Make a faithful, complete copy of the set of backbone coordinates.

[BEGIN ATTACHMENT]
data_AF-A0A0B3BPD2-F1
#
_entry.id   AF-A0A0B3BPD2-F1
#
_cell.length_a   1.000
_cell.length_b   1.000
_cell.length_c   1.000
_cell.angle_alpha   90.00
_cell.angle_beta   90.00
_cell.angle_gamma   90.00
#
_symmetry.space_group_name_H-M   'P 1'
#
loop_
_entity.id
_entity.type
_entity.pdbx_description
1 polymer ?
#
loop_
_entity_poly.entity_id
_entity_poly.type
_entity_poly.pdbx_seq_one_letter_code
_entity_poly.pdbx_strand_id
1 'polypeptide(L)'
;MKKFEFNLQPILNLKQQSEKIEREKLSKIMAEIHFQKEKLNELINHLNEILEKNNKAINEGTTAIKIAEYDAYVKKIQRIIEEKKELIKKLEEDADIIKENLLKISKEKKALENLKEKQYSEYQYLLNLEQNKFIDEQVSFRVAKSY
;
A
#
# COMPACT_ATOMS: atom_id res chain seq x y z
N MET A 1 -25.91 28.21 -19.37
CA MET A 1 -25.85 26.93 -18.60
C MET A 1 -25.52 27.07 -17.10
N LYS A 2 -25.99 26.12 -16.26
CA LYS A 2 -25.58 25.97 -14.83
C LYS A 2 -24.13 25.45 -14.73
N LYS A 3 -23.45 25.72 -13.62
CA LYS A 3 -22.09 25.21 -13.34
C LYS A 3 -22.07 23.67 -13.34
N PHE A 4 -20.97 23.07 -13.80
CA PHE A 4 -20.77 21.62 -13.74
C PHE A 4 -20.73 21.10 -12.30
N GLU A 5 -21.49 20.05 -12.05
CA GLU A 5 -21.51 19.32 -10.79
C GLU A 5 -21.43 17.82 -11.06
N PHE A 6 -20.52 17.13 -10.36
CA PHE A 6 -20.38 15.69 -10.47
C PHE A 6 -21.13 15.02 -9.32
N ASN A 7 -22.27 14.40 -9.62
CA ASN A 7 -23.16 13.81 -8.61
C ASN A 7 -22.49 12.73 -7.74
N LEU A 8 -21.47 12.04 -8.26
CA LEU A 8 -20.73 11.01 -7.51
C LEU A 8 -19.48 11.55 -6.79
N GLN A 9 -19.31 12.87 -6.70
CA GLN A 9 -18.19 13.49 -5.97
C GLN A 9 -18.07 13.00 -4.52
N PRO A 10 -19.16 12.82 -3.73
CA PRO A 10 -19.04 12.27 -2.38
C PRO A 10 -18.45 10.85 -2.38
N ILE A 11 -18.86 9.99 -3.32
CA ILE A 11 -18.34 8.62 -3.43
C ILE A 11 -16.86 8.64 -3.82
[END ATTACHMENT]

data_AF-A0A0B3BPD2-F1
#
_entry.id   AF-A0A0B3BPD2-F1
#
_cell.length_a   1.000
_cell.length_b   1.000
_cell.length_c   1.000
_cell.angle_alpha   90.00
_cell.angle_beta   90.00
_cell.angle_gamma   90.00
#
_symmetry.space_group_name_H-M   'P 1'
#
loop_
_entity.id
_entity.type
_entity.pdbx_description
1 polymer ?
#
loop_
_entity_poly.entity_id
_entity_poly.type
_entity_poly.pdbx_seq_one_letter_code
_entity_poly.pdbx_strand_id
1 'polypeptide(L)'
;MKKFEFNLQPILNLKQQSEKIEREKLSKIMAEIHFQKEKLNELINHLNEILEKNNKAINEGTTAIKIAEYDAYVKKIQRIIEEKKELIKKLEEDADIIKENLLKISKEKKALENLKEKQYSEYQYLLNLEQNKFIDEQVSFRVAKSY
;
A
#
# COMPACT_ATOMS: atom_id res chain seq x y z
N MET A 1 -25.91 28.21 -19.37
CA MET A 1 -25.85 26.93 -18.60
C MET A 1 -25.52 27.07 -17.10
N LYS A 2 -25.99 26.12 -16.26
CA LYS A 2 -25.58 25.97 -14.83
C LYS A 2 -24.13 25.45 -14.73
N LYS A 3 -23.45 25.72 -13.62
CA LYS A 3 -22.09 25.21 -13.34
C LYS A 3 -22.07 23.67 -13.34
N PHE A 4 -20.97 23.07 -13.80
CA PHE A 4 -20.77 21.62 -13.74
C PHE A 4 -20.73 21.10 -12.30
N GLU A 5 -21.49 20.05 -12.05
CA GLU A 5 -21.51 19.32 -10.79
C GLU A 5 -21.43 17.82 -11.06
N PHE A 6 -20.52 17.13 -10.36
CA PHE A 6 -20.38 15.69 -10.47
C PHE A 6 -21.13 15.02 -9.32
N ASN A 7 -22.27 14.40 -9.62
CA ASN A 7 -23.16 13.81 -8.61
C ASN A 7 -22.49 12.73 -7.74
N LEU A 8 -21.47 12.04 -8.26
CA LEU A 8 -20.73 11.01 -7.51
C LEU A 8 -19.48 11.55 -6.79
N GLN A 9 -19.31 12.87 -6.70
CA GLN A 9 -18.19 13.49 -5.97
C GLN A 9 -18.07 13.00 -4.52
N PRO A 10 -19.16 12.82 -3.73
CA PRO A 10 -19.04 12.27 -2.38
C PRO A 10 -18.45 10.85 -2.38
N ILE A 11 -18.86 9.99 -3.32
CA ILE A 11 -18.34 8.62 -3.43
C ILE A 11 -16.86 8.64 -3.82